Fanny Malcolm was born at Auckland, New Zealand, on 29 January 1852, the second of 13 children of Emilie Monson Wilton and her husband, Neill Malcolm, a barrister. When Fanny was six years old the family moved to Great Barrier Island, 56 miles north-east of Auckland, where Neill Malcolm began cattle farming at Rosalie Bay. It was here that Fanny spent her childhood and early adulthood. The property her father acquired was extremely run down and life there was hard and isolated.
The Malcolm children were educated by their mother in reading, writing and arithmetic. After lessons they were taken to the beach for recreational activity, which included drawing. Fanny's creative talents were first nurtured by drawing pictures in the sand. Emilie Malcolm recognised the talent in her children and gave it scope by providing proper art materials purchased from Auckland. Apart from these early sketching activities Fanny was given no training in art.
In 1874 Fanny married Alfred Joe Osborne, whose family farmed at Tryphena, about seven miles from Rosalie Bay; the ceremony was performed by Bishop William Cowie at Bishopscourt, Parnell, on 15 January. Both sets of parents had disapproved of the match. During the 1860s a bitter land dispute had developed between the Malcolms and other Great Barrier settlers, particularly the Osbornes, forcing the lovers to keep their affection a close secret. After their marriage Fanny and Alfred returned to the island to settle on the Osborne farm at Tryphena, where they raised 13 children: eight sons and five daughters. Fanny remained estranged from her mother for the rest of her life.
It is not possible to ascertain when Fanny Osborne began to produce her exquisite watercolours of the Great Barrier Island flora, for she did not usually date her paintings. Her husband was well educated and probably encouraged her in her choice of subject matter with his extensive knowledge of the local plant life. By the 1920s her work had become quite well known and she was selling sets of paintings and single works from her home at Tryphena. Her most creative period was probably after her children had grown and her family responsibilities had lessened.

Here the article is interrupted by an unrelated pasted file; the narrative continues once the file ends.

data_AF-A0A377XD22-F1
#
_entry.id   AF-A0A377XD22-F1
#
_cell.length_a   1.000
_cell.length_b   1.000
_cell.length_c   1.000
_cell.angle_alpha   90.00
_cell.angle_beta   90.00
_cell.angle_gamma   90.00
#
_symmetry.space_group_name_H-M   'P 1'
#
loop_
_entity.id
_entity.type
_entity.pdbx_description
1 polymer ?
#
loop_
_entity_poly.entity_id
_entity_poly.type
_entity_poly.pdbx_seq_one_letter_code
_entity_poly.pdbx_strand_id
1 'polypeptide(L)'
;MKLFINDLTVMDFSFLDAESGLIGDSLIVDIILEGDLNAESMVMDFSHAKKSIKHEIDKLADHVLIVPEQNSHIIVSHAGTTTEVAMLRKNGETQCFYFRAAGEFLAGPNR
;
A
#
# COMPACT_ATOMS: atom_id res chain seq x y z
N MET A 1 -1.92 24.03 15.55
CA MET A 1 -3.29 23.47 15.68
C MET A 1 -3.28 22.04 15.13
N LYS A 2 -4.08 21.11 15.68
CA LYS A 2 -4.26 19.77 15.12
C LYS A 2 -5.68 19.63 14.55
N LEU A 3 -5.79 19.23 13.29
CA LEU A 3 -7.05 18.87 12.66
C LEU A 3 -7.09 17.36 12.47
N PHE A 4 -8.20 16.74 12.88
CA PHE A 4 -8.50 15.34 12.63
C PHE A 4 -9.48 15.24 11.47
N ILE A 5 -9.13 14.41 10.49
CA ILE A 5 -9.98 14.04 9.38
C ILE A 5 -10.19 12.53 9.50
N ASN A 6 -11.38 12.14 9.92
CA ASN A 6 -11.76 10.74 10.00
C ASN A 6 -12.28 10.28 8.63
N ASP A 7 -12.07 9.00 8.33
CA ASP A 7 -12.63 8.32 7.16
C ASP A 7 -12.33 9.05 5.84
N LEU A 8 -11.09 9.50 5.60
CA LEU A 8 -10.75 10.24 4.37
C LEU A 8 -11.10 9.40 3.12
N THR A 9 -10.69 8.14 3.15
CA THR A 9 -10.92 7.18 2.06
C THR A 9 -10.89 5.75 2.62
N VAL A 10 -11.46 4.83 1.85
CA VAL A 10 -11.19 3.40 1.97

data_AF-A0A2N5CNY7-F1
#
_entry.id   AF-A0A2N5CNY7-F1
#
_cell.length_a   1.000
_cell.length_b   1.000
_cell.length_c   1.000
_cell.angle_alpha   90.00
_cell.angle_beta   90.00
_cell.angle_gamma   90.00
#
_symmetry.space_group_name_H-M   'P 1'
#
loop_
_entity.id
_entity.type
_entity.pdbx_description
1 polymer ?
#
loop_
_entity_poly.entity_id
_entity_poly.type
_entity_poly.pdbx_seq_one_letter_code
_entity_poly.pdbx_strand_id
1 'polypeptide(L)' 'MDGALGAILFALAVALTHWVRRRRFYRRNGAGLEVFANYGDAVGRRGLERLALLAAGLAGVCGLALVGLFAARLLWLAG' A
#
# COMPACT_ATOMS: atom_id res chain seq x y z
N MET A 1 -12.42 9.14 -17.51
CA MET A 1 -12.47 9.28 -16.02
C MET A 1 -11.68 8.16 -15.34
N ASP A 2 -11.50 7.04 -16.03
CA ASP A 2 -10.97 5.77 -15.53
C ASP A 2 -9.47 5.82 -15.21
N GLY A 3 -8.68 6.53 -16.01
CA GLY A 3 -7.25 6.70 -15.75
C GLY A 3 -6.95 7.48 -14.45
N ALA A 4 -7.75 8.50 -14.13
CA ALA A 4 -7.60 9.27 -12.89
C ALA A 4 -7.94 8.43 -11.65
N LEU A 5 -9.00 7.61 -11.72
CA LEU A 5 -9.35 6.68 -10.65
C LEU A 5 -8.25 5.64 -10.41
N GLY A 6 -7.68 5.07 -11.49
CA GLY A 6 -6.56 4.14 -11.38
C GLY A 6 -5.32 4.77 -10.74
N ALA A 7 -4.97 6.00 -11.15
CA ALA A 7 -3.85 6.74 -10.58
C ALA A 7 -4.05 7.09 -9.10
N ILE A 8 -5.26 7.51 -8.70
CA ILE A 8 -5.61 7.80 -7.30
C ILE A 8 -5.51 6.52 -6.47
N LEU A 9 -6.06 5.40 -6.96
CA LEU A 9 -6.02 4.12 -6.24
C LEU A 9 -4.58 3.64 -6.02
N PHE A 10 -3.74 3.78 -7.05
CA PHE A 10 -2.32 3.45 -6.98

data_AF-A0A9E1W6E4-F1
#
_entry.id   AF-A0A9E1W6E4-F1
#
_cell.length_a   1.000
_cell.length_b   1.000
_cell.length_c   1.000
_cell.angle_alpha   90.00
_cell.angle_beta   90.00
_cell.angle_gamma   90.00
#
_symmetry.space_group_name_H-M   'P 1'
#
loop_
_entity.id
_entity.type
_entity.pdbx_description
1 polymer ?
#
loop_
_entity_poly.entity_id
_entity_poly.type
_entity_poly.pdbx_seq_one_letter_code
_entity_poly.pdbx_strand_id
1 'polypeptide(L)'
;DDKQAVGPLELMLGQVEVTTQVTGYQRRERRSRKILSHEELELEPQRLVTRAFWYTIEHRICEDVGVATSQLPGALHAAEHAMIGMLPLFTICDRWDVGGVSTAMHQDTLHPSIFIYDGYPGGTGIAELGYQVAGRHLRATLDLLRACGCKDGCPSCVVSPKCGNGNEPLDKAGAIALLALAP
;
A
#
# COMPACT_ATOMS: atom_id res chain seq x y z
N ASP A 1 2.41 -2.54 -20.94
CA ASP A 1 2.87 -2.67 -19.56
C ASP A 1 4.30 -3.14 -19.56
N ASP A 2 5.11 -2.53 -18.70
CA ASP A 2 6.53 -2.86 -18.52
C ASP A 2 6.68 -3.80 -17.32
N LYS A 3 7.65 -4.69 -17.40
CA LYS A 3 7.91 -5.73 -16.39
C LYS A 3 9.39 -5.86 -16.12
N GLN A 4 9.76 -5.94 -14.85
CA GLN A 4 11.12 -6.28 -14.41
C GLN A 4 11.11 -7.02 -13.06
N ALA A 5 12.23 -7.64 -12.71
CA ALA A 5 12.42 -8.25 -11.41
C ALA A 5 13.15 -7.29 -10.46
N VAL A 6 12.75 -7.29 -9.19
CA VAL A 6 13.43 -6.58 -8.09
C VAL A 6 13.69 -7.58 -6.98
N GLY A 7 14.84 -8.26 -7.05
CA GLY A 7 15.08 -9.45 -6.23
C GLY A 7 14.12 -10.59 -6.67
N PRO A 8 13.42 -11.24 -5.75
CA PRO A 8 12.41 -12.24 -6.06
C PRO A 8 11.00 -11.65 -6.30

From both scientific and artistic points of view, Fanny Osborne's paintings of the flowers of the indigenous trees, shrubs, vines and herbs of Great Barrier are exceptional and superbly crafted examples of botanical illustration. They are accurate in every detail, and yet simultaneously communicate the beauty and delicacy of the specimen. They also provide valuable historical documentation of the plant life of the island. One of the species depicted, Elytranthe adamsii (New Zealand mistletoe), is now extinct. The largest collection of her work is held by the botany department of the Auckland Institute and Museum.
All five of Fanny Osborne's daughters inherited her talents, the most active being Lilian, Ellen and Winifred. Lilian settled in England, and under her married name, Lilian Gibbard, became widely known for her flower studies. Towards the end of her life Fanny Osborne became crippled with arthritis. She died at Auckland, aged 82, on 12 March 1934. Alfred Osborne had died in 1920. Both are buried on Great Barrier Island.